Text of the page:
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Top 5 Things to Consider Before Buying a Home

Homeownership has long been a reliable and valuable investment for many Americans. The Black homeownership rate in the U.S., however, stands at just 44% – the lowest among all racial groups according to the National Association of Realtors.

A lack of access to credit, a lack of understanding about the homebuying process, and coming up with the upfront cash needed for a down payment and closing costs are among the barriers many Black Americans face on their journey to homeownership. That’s why it’s important to consider your options and seek out resources to help navigate the homebuying process. 

For National Homeownership Month, Felton Ellington, Chase Home Lending Manager, shared five important things to consider before purchasing a home. 

1. Come prepared and don’t stress about rates.

The best time to buy a home is when you’re financially ready. Worry less about the current economic environment and more about your own preparedness for homeownership, including fully knowing and understanding your financial situation, debt level, credit score, savings and investment positions. 

2. Save for a down payment.

A down payment is what you pay upfront toward the cost of your new home; it’s the difference between your mortgage amount and your purchase price. The more you can put down, the less you’ll be borrowing from a lender. However, it is a myth that you must put down 20% of the purchase price—low down payment loan options are available—in some cases, as low as 3%. Keep in mind that if you put less than 20% down, you may be required to pay private mortgage insurance. Make sure to speak to a Chase Home Lending Advisor to understand the options that may work for you. 

3. Evaluate loan options and shop around.

There are many different types of home loans available, and having an experienced Chase Home Lending Advisor on your side can help you make the right decision for you. Here are the most common types of loans:

• A conventional loan typically calls for a higher credit score to qualify and can be accessed through private lenders, including banks, credit unions, and mortgage companies. 

• An FHA loan is backed by the federal government. These loans can help potential buyers with lower credit scores who wish to keep their down payment costs low. Buyers using an FHA loan are required to pay monthly mortgage insurance premiums, regardless of the down payment amount.

• A VA loan is a mortgage the U.S. Department of Veterans Affairs offers to servicemembers, veterans and surviving spouses. VA loans can have favorable terms, including no down payment. 

• Your financial institution may also offer additional loan options.  An example is Chase’s DreaMaker mortgage, which has flexible credit guidelines and requires as little as 3% down.

Lastly, no matter the loan type you chose, it’s important to shop around for the best offer, both in terms of rate and other fees you may have to pay. All lenders and mortgages are not the same. For instance, did you know that, on average, homebuyers save more in mortgage fees with a bank like Chase, compared to a non-bank?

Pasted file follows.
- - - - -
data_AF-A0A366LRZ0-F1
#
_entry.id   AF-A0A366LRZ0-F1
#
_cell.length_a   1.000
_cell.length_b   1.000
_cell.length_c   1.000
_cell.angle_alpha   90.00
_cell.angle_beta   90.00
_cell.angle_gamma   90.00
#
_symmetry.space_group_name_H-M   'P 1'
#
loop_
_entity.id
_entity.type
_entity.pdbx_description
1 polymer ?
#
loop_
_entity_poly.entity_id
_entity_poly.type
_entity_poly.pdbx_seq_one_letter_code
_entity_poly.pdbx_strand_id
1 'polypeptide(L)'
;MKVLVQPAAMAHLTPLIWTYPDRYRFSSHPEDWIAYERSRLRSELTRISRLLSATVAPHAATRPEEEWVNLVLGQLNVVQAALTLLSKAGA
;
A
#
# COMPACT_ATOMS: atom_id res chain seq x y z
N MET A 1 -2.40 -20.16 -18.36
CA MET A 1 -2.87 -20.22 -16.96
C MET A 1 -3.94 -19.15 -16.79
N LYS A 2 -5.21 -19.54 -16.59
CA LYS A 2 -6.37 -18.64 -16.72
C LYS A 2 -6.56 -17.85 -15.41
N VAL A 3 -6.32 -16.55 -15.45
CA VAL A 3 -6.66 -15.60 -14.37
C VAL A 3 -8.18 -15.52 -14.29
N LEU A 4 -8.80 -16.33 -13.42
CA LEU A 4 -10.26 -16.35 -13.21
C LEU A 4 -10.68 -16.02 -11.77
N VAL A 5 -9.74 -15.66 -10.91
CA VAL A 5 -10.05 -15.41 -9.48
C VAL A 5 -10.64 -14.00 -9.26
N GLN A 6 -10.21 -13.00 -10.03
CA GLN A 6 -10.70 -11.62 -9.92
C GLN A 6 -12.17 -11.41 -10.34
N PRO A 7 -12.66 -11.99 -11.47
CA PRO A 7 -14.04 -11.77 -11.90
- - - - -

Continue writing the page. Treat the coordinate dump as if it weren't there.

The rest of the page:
4. Use tools to help.

It’s important to look into the financial resources available to help you purchase a home. Chase offers a homebuyer grant of up to $7,500 to buyers purchasing homes in eligible areas. These grants are offered in low- to moderate-income communities and neighborhoods that are designated by the U.S. Census as majority-Black, Hispanic and/or Latino. The grant can be used to lower the interest rate and/or reduce closing costs or down payment. You can check grant eligibility online with the Chase Homebuyer Assistance Finder and also discover other financial assistance that may be available. 

For added confidence during the closing process, Chase also offers a Closing Guarantee, which promises an on-time closing for eligible customers in as soon as three weeks, or the customer will receive $20,000 (for a limited time through July 27, 2024) if they qualify. The closing guarantee helps buyers close quickly, which can be very helpful in a competitive market.

5. Get educated.

Buying a home can be the achievement of a lifetime, but being able to sustain homeownership over time is equally, if not even more, important. For the best chances of success, homebuyers should not only get educated about the buying process, but also understand the ins and outs of homeownership after the home is purchased. Chase’s Beginner to Buyer podcast and its Homebuyer Education Center offers tips and first-hand experiences on homebuying, selling, and ownership.

Homeownership offers many benefits beyond just a place to live—it’s a time-tested way to start building personal and generational wealth. That’s why it’s never too early to start working toward your dreams of homeownership. After all, it’s an investment in your future.

Sponsored by JPMorgan Chase

For informational/educational purposes only: Views and strategies described may not be appropriate for everyone and are not intended as specific advice/recommendation for any individual. Information has been obtained from sources believed to be reliable, but JPMorgan Chase & Co. or its affiliates and/or subsidiaries do not warrant its completeness or accuracy.

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